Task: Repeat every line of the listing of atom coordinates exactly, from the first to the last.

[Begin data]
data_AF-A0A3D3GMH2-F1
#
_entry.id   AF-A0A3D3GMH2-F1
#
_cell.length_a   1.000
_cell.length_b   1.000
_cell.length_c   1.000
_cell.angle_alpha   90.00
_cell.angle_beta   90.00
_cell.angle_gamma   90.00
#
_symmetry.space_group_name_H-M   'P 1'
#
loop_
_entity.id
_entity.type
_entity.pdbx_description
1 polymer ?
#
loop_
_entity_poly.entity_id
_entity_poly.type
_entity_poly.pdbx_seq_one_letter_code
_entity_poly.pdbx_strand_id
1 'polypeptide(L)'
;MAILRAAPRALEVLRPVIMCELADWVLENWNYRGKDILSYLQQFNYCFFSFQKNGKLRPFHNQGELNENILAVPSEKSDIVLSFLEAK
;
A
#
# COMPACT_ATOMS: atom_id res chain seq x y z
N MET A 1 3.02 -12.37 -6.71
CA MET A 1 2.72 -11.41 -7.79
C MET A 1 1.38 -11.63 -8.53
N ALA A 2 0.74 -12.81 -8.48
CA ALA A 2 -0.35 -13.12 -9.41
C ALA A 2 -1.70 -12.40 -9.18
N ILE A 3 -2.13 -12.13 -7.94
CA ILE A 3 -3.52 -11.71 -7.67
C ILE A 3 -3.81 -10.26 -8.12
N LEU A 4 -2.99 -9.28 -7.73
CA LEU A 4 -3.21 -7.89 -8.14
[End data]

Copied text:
data_AF-A0A3D3GMH2-F1
#
_entry.id   AF-A0A3D3GMH2-F1
#
_cell.length_a   1.000
_cell.length_b   1.000
_cell.length_c   1.000
_cell.angle_alpha   90.00
_cell.angle_beta   90.00
_cell.angle_gamma   90.00
#
_symmetry.space_group_name_H-M   'P 1'
#
loop_
_entity.id
_entity.type
_entity.pdbx_description
1 polymer ?
#
loop_
_entity_poly.entity_id
_entity_poly.type
_entity_poly.pdbx_seq_one_letter_code
_entity_poly.pdbx_strand_id
1 'polypeptide(L)'
;MAILRAAPRALEVLRPVIMCELADWVLENWNYRGKDILSYLQQFNYCFFSFQKNGKLRPFHNQGELNENILAVPSEKSDIVLSFLEAK
;
A
#
# COMPACT_ATOMS: atom_id res chain seq x y z
N MET A 1 3.02 -12.37 -6.71
CA MET A 1 2.72 -11.41 -7.79
C MET A 1 1.38 -11.63 -8.53
N ALA A 2 0.74 -12.81 -8.48
CA ALA A 2 -0.35 -13.12 -9.41
C ALA A 2 -1.70 -12.40 -9.18
N ILE A 3 -2.13 -12.13 -7.94
CA ILE A 3 -3.52 -11.71 -7.67
C ILE A 3 -3.81 -10.26 -8.12
N LEU A 4 -2.99 -9.28 -7.73
CA LEU A 4 -3.21 -7.89 -8.14